As social services departments transform into mixes of
children’s trusts with education, care trusts with health, and
other integrated arrangements such as Sure Start and Children’s
Fund programmes, who is going to champion social care?
No longer will there be social services departments within local
government, while in central government social care has already
lost its seat at the top table in the Department of Health, and
much current draft legislation is hardly sympathetic to social
To some extent, the government has sought to protect and promote
social care and social work by establishing various organisations
such as the General Social Care Council, the Commission for Social
Care Inspection, and the Social Care Institute for Excellence. But
recently it has mooted combining some of these social care
organisations with others such as those that focus on health.
Furthermore, although no longer on the cards, the government’s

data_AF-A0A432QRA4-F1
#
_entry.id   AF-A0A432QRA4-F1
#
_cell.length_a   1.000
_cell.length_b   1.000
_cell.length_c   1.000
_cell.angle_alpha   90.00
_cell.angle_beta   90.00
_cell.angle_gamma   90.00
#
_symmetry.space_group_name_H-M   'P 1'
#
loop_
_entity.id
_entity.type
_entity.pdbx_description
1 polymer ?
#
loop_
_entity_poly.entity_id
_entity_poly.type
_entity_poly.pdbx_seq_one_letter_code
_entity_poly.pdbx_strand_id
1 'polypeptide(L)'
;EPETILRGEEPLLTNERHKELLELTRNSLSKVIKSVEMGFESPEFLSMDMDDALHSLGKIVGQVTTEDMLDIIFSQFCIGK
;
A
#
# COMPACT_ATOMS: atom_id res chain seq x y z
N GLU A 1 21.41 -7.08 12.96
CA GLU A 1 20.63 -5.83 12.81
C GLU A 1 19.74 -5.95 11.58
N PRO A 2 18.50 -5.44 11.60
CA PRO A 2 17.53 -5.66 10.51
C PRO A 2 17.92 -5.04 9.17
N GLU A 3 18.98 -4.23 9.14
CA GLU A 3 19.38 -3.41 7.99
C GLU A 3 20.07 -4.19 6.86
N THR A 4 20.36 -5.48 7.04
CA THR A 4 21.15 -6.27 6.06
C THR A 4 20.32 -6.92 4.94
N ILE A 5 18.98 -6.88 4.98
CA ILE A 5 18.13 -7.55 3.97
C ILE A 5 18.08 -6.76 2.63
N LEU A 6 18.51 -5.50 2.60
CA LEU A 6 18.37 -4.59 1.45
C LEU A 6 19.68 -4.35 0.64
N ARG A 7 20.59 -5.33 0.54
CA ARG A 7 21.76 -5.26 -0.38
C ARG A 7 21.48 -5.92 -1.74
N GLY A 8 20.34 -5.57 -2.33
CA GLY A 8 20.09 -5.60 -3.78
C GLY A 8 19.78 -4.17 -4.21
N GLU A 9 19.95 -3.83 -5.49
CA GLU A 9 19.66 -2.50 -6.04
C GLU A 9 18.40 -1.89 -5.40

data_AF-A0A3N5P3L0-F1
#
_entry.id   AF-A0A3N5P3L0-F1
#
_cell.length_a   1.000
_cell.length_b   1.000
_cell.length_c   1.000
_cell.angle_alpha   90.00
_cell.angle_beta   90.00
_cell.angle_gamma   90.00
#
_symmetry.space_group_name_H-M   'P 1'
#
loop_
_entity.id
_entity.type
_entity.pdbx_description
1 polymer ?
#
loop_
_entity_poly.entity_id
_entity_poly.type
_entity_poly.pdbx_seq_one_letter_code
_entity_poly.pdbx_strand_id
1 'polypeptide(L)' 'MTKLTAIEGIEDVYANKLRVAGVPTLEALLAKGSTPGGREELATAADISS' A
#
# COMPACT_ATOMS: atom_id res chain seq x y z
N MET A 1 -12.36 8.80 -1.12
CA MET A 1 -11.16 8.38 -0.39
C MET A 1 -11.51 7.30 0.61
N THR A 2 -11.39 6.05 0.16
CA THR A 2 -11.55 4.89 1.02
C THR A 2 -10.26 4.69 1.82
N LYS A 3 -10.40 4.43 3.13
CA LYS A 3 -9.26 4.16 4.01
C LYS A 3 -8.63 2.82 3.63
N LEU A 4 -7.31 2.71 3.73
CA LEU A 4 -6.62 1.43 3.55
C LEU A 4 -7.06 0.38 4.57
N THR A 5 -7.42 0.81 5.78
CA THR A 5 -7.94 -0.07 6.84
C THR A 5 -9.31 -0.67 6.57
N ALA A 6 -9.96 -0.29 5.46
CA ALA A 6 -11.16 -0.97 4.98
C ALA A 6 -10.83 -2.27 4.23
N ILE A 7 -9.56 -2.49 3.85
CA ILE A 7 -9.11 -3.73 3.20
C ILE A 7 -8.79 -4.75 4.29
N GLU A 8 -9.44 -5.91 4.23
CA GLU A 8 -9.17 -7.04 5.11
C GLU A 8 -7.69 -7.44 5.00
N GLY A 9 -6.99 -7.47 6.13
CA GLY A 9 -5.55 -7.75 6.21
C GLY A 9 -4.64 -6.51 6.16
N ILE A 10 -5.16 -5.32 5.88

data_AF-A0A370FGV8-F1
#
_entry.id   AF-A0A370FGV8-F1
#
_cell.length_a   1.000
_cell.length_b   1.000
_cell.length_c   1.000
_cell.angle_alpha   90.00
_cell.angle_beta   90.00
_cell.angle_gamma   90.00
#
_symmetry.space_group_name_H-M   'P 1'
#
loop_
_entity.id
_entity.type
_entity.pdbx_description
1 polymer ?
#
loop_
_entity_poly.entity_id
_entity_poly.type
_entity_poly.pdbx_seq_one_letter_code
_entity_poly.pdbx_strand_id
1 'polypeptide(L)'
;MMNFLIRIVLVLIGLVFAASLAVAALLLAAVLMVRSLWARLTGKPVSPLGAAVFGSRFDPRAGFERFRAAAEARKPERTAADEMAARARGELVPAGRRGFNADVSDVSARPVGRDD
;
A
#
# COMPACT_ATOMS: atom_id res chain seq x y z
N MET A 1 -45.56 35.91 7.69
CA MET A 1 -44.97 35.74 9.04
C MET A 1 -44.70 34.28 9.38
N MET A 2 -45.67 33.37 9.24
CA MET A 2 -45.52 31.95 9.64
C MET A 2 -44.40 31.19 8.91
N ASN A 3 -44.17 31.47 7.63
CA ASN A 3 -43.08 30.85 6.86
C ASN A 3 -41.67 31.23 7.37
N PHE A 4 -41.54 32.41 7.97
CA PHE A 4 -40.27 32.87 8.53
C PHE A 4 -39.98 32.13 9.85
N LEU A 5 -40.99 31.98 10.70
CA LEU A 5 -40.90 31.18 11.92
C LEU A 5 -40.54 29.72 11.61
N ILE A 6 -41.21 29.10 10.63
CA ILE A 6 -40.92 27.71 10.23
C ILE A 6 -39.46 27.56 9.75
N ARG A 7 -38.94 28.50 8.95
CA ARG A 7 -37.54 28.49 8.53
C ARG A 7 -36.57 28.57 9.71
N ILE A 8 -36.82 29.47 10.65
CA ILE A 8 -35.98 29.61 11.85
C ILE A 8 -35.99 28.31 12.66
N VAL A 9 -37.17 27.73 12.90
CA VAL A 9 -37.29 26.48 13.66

plan to transfer seven Department of Health partnership programmes
to Scie would have broadened Scie’s remit in such a way that its
independence as a charity and a company limited by guarantee would
have been challenged. The proposed changes would have probably
resulted in Scie becoming a distributor of government policy.
So what needs to happen? The social care sector needs to cling
on to its independence. Would doctors, nurses, or teachers find it
acceptable that their professional views, based on expertise,
should be defined and determined by the government via the NHS or
Department for Education and Skills?
Also, as well as registering with the GSCC, social workers
should also join the British Association of Social Workers as their
professional organisation. The rest of the social care workforce
should join the Social Care Association. Also, social care
organisations must promote evidence-based policy and practice.
The sector needs to stay close to its service users in setting
agendas and creating the vision. After all, as the sector asserts
its independence it is vital that it remembers for whom it is
Ray Jones is director of adult and community services at